Farmers Insurance Increases Homeowner Rates In California
California Insurance Commissioner Steve Poizner has allowed two of California’s largest home insurers –State Farm and Farmers – to increase premiums by a combined $115 million. State Farm customers will soon face an average 6.9% hike and Farmers policyholders’ rates will climb 4.1%, according to recent decisions by the Commissioner. In both cases, the nonprofit Consumer Watchdog had formally challenged the rates and petitioned Poizner to hold hearings pursuant to Proposition 103, but the commissioner rejected those requests.
In an economy like this, Californians are relying on the insurance commissioner to keep premiums as low as possible, but Commissioner Poizner refused to hold a hearing to investigate rate hikes that will affect more than 2.5 million homeowners. We reviewed the proposed rate increases and concluded that they were unjustified. The commissioner should not have allowed these insurers to jack up prices like this.
At least $20 million of the increase for State Farm was allowed as an exception to Proposition 103’s strict limit on excessive insurer expenses in order to let the insurance giant charge customers for “higher quality of [customer] service.” Included in Farmers’ rate hike was a special exception to the expense limit for millions of dollars allegedly spent on the company’s fraud prevention efforts. According to our review, the company did not meet the standard required to pass those costs on to policyholders.
We’ve noted that both State Farm and Farmers are financially well-positioned to pay claims resulting from the recent Southern California wildfires and do not need premium increases to address those losses. We intend to challenge the Commissioner’s decision allowing Farmers’ rate hike and is reviewing the propriety of the State Farm increase.
If the rates take effect, policyholders with State Farm will see an average increase of about $60 per year and Farmers customers will pay about $30 more on average.
With sinking economy, insurers turn to rate hikes
Insurance company profits are tied to their investment income and when the economy weakens companies try to push premiums higher in order to maintain high profits. We are concerned that other insurers will press the Department of Insurance for more rate hikes as their investment portfolios tank. As evidence, consider Allstate, which was forced to lower its California homeowners’ insurance rates by about $250 million last spring. Allstate requested a 6.9% rate hike increase for homeowners in September. That proposal is still under review by the Department of Insurance.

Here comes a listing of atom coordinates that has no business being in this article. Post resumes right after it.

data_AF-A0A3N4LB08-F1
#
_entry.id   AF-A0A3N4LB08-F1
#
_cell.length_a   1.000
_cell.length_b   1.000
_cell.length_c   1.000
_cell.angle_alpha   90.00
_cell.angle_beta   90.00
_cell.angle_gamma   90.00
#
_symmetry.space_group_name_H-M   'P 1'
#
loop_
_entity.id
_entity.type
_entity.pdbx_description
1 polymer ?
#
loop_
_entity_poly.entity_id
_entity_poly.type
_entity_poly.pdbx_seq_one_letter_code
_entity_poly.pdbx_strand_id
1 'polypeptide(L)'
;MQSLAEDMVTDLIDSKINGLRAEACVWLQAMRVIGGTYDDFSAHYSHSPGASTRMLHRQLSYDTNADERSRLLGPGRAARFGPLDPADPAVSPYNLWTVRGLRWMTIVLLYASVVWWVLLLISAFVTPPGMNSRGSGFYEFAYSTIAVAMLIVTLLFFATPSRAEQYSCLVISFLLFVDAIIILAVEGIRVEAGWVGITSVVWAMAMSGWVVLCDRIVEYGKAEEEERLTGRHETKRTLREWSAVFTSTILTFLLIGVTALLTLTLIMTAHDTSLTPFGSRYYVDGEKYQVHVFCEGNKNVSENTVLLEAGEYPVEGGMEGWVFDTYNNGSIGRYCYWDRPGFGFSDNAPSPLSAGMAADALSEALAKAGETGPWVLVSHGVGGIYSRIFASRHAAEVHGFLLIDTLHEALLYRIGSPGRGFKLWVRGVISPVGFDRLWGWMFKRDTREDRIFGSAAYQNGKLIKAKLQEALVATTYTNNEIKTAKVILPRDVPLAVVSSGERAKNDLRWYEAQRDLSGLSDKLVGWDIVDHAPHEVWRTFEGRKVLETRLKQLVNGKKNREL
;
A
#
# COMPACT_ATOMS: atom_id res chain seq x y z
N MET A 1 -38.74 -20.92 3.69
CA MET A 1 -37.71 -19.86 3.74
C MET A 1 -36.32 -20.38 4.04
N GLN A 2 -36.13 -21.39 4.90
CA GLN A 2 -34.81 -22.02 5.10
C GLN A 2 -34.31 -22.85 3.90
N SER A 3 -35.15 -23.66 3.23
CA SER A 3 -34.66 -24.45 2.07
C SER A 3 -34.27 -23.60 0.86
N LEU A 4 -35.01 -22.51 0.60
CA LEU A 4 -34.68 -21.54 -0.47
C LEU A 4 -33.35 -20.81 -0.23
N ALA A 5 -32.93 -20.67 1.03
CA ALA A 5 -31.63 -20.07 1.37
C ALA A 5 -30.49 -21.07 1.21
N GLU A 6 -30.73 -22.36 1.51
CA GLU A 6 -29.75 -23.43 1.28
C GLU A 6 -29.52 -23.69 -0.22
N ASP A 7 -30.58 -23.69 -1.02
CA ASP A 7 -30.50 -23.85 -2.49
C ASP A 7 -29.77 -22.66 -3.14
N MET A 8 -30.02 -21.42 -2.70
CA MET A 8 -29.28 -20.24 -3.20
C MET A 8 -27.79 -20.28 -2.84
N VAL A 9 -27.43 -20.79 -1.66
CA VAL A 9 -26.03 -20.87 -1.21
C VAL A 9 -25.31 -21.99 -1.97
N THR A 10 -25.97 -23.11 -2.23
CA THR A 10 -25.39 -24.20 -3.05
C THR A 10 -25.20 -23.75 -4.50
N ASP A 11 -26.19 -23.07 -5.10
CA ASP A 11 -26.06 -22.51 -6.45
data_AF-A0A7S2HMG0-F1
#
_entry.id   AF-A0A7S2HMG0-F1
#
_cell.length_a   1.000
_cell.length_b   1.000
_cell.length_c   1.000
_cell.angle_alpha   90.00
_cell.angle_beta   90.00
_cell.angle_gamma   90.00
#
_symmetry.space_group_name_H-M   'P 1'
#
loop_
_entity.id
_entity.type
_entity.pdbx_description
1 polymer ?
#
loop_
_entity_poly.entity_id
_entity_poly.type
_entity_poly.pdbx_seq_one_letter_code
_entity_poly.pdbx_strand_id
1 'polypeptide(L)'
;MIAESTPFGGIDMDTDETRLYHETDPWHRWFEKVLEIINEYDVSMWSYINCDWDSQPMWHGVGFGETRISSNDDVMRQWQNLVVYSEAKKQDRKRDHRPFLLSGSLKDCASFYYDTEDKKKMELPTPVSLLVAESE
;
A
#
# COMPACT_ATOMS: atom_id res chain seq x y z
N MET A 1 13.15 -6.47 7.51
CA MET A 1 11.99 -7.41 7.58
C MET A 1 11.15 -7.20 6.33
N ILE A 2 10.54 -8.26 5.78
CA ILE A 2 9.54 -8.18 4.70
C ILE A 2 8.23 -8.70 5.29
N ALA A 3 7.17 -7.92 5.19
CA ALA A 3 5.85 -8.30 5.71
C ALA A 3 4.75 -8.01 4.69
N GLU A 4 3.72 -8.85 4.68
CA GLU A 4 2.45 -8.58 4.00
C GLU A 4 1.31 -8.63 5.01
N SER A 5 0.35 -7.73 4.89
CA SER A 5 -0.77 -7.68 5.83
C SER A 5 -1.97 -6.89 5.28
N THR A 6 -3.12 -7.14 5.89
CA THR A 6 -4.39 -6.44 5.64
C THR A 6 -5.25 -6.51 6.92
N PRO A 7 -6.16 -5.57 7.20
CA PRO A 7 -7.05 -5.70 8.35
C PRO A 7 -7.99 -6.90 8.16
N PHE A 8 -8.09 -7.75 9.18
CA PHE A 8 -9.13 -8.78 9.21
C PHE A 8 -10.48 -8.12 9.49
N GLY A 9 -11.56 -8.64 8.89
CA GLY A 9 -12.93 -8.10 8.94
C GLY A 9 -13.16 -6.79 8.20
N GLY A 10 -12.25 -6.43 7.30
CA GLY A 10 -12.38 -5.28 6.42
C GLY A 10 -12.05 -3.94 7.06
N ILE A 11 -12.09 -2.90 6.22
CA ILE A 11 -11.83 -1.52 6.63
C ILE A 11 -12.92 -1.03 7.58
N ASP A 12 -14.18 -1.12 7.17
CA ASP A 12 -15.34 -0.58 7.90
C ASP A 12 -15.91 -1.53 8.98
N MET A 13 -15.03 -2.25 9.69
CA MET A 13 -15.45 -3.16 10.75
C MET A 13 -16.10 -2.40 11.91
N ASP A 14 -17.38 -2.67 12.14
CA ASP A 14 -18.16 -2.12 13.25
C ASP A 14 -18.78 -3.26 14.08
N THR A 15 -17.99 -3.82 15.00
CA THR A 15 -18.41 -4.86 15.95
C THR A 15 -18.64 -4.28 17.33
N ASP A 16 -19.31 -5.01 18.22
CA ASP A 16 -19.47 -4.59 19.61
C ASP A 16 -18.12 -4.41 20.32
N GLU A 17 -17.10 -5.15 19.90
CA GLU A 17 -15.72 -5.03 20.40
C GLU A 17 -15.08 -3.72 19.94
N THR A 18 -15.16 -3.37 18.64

While everyone is feeling the sting of a bad economy, insurance companies want to pass the pain on to homeowners and other policyholders. The insurance commissioner stands between these companies and our wallets and Californians need him to be there.
California’s insurance reform law, Proposition 103, requires insurance companies to open their books and submit to public hearings to prove their rates are adequate without being excessive. Members of the public can challenge rate hike proposals, and the commissioner must grant a hearing if the requested change exceeds 7%. It is left to the commissioner’s discretion whether or not to initiate a full hearing for changes less than 7%, as was the case in the State Farm and Farmers matters.
In recent years, Consumer Watchdog has successfully challenged several insurance rate proposals, resulting in more than a billion dollars in savings for California policyholders.
Consumer Watchdog is a non-profit, non-partisan public interest group. In addition to being their Executive Director, Doug Heller is Consumer Watchdog’s lead legislative and regulatory advocate on insurance and energy issues. Heller spearheaded the two-year battle for the nation's strongest whistleblower protections, which are now California law.